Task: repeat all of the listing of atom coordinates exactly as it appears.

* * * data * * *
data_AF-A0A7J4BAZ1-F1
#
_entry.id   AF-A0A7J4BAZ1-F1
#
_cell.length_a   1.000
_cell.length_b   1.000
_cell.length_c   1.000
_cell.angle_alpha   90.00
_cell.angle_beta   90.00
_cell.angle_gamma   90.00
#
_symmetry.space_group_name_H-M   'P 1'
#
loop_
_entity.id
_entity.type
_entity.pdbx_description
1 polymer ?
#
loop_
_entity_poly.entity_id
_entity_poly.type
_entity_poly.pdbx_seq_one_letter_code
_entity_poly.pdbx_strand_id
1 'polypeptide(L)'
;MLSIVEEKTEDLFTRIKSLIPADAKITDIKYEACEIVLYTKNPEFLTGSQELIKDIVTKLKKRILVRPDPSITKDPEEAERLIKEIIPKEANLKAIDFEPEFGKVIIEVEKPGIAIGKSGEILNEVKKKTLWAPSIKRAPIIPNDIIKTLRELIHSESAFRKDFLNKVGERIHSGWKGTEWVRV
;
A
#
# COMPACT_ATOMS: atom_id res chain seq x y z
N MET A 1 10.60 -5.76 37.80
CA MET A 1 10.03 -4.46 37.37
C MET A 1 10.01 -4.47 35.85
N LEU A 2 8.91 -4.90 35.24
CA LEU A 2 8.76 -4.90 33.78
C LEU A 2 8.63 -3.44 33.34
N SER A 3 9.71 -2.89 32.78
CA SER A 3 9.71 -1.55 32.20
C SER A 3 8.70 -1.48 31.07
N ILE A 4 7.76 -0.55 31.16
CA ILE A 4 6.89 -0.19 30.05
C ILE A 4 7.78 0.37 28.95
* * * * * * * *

data_AF-A0A7J4BAZ1-F1
#
_entry.id   AF-A0A7J4BAZ1-F1
#
_cell.length_a   1.000
_cell.length_b   1.000
_cell.length_c   1.000
_cell.angle_alpha   90.00
_cell.angle_beta   90.00
_cell.angle_gamma   90.00
#
_symmetry.space_group_name_H-M   'P 1'
#
loop_
_entity.id
_entity.type
_entity.pdbx_description
1 polymer ?
#
loop_
_entity_poly.entity_id
_entity_poly.type
_entity_poly.pdbx_seq_one_letter_code
_entity_poly.pdbx_strand_id
1 'polypeptide(L)'
;MLSIVEEKTEDLFTRIKSLIPADAKITDIKYEACEIVLYTKNPEFLTGSQELIKDIVTKLKKRILVRPDPSITKDPEEAERLIKEIIPKEANLKAIDFEPEFGKVIIEVEKPGIAIGKSGEILNEVKKKTLWAPSIKRAPIIPNDIIKTLRELIHSESAFRKDFLNKVGERIHSGWKGTEWVRV
;
A
#
# COMPACT_ATOMS: atom_id res chain seq x y z
N MET A 1 10.60 -5.76 37.80
CA MET A 1 10.03 -4.46 37.37
C MET A 1 10.01 -4.47 35.85
N LEU A 2 8.91 -4.90 35.24
CA LEU A 2 8.76 -4.90 33.78
C LEU A 2 8.63 -3.44 33.34
N SER A 3 9.71 -2.89 32.78
CA SER A 3 9.71 -1.55 32.20
C SER A 3 8.70 -1.48 31.07
N ILE A 4 7.76 -0.55 31.16
CA ILE A 4 6.89 -0.19 30.05
C ILE A 4 7.78 0.37 28.95